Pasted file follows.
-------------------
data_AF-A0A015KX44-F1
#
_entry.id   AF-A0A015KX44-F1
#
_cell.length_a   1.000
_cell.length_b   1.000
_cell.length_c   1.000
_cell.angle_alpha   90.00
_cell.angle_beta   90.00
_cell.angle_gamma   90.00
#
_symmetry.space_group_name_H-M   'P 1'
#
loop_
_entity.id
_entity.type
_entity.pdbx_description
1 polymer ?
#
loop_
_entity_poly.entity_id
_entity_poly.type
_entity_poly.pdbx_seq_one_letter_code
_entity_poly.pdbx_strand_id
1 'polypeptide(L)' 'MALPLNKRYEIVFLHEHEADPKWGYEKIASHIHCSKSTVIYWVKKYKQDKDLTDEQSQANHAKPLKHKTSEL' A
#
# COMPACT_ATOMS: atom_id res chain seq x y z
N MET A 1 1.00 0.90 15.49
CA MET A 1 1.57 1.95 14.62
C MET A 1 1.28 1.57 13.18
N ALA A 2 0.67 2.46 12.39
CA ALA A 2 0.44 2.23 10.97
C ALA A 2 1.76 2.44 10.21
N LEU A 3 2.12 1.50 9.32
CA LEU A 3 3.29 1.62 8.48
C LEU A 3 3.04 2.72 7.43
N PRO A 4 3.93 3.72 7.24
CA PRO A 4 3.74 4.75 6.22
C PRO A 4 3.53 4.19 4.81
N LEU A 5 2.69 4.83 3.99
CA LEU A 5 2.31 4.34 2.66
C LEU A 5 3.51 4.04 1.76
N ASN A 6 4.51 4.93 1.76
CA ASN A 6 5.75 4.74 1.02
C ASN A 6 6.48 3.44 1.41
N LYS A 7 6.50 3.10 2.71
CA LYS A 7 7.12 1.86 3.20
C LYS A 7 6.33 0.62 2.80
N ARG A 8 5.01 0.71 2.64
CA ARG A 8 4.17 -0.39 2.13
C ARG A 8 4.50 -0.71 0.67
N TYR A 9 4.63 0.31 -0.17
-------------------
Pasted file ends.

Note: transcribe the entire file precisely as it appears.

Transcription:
data_AF-A0A015KX44-F1
#
_entry.id   AF-A0A015KX44-F1
#
_cell.length_a   1.000
_cell.length_b   1.000
_cell.length_c   1.000
_cell.angle_alpha   90.00
_cell.angle_beta   90.00
_cell.angle_gamma   90.00
#
_symmetry.space_group_name_H-M   'P 1'
#
loop_
_entity.id
_entity.type
_entity.pdbx_description
1 polymer ?
#
loop_
_entity_poly.entity_id
_entity_poly.type
_entity_poly.pdbx_seq_one_letter_code
_entity_poly.pdbx_strand_id
1 'polypeptide(L)' 'MALPLNKRYEIVFLHEHEADPKWGYEKIASHIHCSKSTVIYWVKKYKQDKDLTDEQSQANHAKPLKHKTSEL' A
#
# COMPACT_ATOMS: atom_id res chain seq x y z
N MET A 1 1.00 0.90 15.49
CA MET A 1 1.57 1.95 14.62
C MET A 1 1.28 1.57 13.18
N ALA A 2 0.67 2.46 12.39
CA ALA A 2 0.44 2.23 10.97
C ALA A 2 1.76 2.44 10.21
N LEU A 3 2.12 1.50 9.32
CA LEU A 3 3.29 1.62 8.48
C LEU A 3 3.04 2.72 7.43
N PRO A 4 3.93 3.72 7.24
CA PRO A 4 3.74 4.75 6.22
C PRO A 4 3.53 4.19 4.81
N LEU A 5 2.69 4.83 3.99
CA LEU A 5 2.31 4.34 2.66
C LEU A 5 3.51 4.04 1.76
N ASN A 6 4.51 4.93 1.76
CA ASN A 6 5.75 4.74 1.02
C ASN A 6 6.48 3.44 1.41
N LYS A 7 6.50 3.10 2.71
CA LYS A 7 7.12 1.86 3.20
C LYS A 7 6.33 0.62 2.80
N ARG A 8 5.01 0.71 2.64
CA ARG A 8 4.17 -0.39 2.13
C ARG A 8 4.50 -0.71 0.67
N TYR A 9 4.63 0.31 -0.17